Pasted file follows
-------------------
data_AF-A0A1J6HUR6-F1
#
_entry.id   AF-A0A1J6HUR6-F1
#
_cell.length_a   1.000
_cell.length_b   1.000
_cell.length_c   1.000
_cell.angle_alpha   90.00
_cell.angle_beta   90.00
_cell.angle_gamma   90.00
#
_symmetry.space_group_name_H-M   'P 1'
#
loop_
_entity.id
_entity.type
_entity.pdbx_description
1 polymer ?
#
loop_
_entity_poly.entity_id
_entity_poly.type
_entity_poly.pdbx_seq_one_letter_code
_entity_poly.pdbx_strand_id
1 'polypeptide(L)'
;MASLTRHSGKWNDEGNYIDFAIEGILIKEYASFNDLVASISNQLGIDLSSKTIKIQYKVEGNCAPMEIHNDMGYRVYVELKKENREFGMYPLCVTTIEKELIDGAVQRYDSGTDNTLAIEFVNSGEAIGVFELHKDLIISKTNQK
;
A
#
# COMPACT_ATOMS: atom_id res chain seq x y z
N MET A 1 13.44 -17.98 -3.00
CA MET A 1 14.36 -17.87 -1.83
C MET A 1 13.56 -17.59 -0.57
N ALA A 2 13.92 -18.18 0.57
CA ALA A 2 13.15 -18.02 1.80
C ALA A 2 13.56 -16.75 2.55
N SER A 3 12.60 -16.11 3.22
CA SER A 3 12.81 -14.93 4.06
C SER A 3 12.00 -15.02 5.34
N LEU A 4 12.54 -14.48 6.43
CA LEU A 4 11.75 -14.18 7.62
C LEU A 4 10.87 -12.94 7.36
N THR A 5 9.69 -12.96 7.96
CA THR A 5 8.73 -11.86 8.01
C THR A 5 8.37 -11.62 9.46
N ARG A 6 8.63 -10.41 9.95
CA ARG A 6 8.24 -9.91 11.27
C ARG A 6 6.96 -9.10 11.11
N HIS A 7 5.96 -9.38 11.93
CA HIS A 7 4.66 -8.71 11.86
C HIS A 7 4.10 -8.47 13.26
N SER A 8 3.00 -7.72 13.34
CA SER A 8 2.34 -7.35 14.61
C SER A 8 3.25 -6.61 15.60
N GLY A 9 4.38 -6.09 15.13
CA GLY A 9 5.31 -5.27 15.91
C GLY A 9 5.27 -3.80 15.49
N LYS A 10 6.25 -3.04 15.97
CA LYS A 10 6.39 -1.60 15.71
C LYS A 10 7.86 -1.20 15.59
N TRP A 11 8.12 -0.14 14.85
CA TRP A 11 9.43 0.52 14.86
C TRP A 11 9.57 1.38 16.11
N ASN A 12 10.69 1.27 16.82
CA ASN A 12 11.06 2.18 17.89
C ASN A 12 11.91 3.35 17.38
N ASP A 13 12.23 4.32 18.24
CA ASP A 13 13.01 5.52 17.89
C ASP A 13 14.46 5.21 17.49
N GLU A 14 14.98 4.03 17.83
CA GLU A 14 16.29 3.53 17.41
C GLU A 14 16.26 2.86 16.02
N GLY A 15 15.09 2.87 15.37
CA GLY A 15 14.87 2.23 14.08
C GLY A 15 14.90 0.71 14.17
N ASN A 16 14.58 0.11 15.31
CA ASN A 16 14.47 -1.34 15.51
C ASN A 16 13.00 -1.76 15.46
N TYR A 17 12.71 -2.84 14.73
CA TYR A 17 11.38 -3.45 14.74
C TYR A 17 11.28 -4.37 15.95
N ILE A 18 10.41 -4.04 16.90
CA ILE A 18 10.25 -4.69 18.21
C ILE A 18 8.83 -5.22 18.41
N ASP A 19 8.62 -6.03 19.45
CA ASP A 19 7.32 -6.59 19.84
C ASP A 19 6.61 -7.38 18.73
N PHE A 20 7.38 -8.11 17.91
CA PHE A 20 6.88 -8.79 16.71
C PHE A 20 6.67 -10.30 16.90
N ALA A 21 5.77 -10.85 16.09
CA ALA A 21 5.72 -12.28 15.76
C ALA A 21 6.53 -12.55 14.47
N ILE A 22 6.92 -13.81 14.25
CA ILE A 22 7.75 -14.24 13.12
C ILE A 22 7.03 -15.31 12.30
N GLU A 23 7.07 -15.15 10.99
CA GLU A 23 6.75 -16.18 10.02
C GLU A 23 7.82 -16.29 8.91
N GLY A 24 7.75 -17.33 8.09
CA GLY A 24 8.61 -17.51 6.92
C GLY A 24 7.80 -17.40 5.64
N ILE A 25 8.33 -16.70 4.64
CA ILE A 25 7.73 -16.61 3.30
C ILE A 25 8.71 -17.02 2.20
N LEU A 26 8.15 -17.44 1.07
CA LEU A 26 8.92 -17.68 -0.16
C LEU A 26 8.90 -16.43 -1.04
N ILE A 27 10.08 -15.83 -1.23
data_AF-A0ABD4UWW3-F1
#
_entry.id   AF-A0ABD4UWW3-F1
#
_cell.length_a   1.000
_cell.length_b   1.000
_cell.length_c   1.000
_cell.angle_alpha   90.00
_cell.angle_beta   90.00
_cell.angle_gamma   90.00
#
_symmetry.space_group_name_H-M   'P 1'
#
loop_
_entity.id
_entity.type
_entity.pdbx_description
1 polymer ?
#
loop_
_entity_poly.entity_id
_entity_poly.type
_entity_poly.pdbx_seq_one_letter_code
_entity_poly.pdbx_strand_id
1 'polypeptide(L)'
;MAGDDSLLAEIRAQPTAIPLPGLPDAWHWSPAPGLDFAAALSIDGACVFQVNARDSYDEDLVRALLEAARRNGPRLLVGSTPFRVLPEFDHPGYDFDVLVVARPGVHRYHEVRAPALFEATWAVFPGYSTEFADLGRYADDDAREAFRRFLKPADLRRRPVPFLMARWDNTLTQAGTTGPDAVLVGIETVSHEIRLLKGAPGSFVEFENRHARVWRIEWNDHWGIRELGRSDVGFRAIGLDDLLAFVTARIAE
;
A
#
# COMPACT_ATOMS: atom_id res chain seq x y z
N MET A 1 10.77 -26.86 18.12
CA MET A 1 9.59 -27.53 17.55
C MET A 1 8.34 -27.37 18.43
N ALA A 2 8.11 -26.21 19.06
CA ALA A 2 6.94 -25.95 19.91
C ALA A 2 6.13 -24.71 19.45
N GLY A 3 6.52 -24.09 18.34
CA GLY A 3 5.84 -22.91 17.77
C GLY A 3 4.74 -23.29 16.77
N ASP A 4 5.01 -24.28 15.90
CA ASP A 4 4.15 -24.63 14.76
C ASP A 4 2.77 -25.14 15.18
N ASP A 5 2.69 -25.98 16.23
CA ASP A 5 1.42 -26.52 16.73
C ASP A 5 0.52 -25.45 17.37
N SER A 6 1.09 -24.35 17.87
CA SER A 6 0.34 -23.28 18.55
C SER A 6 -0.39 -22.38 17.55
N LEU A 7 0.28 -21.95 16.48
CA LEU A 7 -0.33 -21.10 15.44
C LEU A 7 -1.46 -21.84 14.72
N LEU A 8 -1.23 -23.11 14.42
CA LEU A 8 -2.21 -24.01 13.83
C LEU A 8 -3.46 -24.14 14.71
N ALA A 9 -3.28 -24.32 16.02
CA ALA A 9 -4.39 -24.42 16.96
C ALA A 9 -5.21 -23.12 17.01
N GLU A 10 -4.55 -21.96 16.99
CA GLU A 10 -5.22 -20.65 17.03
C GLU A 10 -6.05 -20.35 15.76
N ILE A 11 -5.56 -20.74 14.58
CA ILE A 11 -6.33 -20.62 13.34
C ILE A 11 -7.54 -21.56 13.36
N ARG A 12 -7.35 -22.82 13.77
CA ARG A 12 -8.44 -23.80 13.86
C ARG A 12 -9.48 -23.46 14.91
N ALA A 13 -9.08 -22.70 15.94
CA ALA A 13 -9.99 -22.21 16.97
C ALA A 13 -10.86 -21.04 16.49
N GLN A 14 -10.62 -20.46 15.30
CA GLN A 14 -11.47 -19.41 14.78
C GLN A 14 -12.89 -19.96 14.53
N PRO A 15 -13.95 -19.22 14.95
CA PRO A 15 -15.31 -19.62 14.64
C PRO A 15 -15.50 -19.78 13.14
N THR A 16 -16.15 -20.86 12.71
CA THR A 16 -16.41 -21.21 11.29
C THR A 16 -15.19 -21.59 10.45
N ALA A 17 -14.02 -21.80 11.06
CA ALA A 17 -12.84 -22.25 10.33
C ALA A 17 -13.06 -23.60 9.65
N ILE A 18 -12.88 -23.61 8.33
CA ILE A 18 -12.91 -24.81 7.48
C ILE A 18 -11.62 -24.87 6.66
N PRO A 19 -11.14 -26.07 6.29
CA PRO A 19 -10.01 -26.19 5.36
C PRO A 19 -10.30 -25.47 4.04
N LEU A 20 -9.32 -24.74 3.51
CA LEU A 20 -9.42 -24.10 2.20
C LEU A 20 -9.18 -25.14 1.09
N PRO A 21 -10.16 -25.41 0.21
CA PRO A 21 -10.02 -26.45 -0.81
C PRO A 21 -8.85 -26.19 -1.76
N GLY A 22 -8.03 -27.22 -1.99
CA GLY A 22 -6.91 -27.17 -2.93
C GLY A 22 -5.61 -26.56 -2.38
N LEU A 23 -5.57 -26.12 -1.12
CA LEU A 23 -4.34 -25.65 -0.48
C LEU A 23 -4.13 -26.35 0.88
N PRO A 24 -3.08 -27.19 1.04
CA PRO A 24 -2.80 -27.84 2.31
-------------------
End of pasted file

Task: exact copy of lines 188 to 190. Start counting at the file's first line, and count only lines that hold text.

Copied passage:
N ALA A 17 -14.02 -21.80 11.06
CA ALA A 17 -12.84 -22.25 10.33
C ALA A 17 -13.06 -23.60 9.65